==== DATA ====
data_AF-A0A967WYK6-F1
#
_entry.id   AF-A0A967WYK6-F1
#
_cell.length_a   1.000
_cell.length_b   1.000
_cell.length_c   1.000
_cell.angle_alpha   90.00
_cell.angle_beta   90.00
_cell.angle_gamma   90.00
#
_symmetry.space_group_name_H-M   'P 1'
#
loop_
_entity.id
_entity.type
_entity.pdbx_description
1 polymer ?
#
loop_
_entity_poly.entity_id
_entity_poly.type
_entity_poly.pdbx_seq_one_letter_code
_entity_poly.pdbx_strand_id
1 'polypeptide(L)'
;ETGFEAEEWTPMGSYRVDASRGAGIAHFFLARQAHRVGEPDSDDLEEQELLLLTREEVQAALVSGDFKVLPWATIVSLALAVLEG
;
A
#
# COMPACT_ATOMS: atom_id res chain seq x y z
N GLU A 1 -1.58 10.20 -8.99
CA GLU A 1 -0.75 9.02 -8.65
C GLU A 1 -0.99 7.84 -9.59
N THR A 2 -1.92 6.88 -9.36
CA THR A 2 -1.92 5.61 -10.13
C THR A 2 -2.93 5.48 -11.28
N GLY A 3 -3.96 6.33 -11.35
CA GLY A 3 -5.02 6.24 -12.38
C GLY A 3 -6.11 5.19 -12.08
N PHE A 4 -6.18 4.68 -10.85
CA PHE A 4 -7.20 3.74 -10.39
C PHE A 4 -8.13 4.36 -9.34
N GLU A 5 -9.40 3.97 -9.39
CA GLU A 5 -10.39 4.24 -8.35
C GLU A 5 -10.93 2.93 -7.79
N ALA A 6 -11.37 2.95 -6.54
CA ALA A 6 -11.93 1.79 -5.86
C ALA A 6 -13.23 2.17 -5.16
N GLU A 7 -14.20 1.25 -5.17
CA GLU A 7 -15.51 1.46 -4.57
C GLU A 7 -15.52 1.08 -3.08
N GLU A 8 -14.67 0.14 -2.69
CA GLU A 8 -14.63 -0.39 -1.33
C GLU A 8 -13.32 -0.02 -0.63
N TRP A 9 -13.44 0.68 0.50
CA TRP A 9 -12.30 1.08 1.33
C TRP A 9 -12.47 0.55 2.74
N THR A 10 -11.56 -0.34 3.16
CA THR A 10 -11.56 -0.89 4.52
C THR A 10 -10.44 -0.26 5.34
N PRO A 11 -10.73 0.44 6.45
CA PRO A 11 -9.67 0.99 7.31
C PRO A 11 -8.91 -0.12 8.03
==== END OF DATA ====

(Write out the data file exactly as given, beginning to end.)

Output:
data_AF-A0A967WYK6-F1
#
_entry.id   AF-A0A967WYK6-F1
#
_cell.length_a   1.000
_cell.length_b   1.000
_cell.length_c   1.000
_cell.angle_alpha   90.00
_cell.angle_beta   90.00
_cell.angle_gamma   90.00
#
_symmetry.space_group_name_H-M   'P 1'
#
loop_
_entity.id
_entity.type
_entity.pdbx_description
1 polymer ?
#
loop_
_entity_poly.entity_id
_entity_poly.type
_entity_poly.pdbx_seq_one_letter_code
_entity_poly.pdbx_strand_id
1 'polypeptide(L)'
;ETGFEAEEWTPMGSYRVDASRGAGIAHFFLARQAHRVGEPDSDDLEEQELLLLTREEVQAALVSGDFKVLPWATIVSLALAVLEG
;
A
#
# COMPACT_ATOMS: atom_id res chain seq x y z
N GLU A 1 -1.58 10.20 -8.99
CA GLU A 1 -0.75 9.02 -8.65
C GLU A 1 -0.99 7.84 -9.59
N THR A 2 -1.92 6.88 -9.36
CA THR A 2 -1.92 5.61 -10.13
C THR A 2 -2.93 5.48 -11.28
N GLY A 3 -3.96 6.33 -11.35
CA GLY A 3 -5.02 6.24 -12.38
C GLY A 3 -6.11 5.19 -12.08
N PHE A 4 -6.18 4.68 -10.85
CA PHE A 4 -7.20 3.74 -10.39
C PHE A 4 -8.13 4.36 -9.34
N GLU A 5 -9.40 3.97 -9.39
CA GLU A 5 -10.39 4.24 -8.35
C GLU A 5 -10.93 2.93 -7.79
N ALA A 6 -11.37 2.95 -6.54
CA ALA A 6 -11.93 1.79 -5.86
C ALA A 6 -13.23 2.17 -5.16
N GLU A 7 -14.20 1.25 -5.17
CA GLU A 7 -15.51 1.46 -4.57
C GLU A 7 -15.52 1.08 -3.08
N GLU A 8 -14.67 0.14 -2.69
CA GLU A 8 -14.63 -0.39 -1.33
C GLU A 8 -13.32 -0.02 -0.63
N TRP A 9 -13.44 0.68 0.50
CA TRP A 9 -12.30 1.08 1.33
C TRP A 9 -12.47 0.55 2.74
N THR A 10 -11.56 -0.34 3.16
CA THR A 10 -11.56 -0.89 4.52
C THR A 10 -10.44 -0.26 5.34
N PRO A 11 -10.73 0.44 6.45
CA PRO A 11 -9.67 0.99 7.31
C PRO A 11 -8.91 -0.12 8.03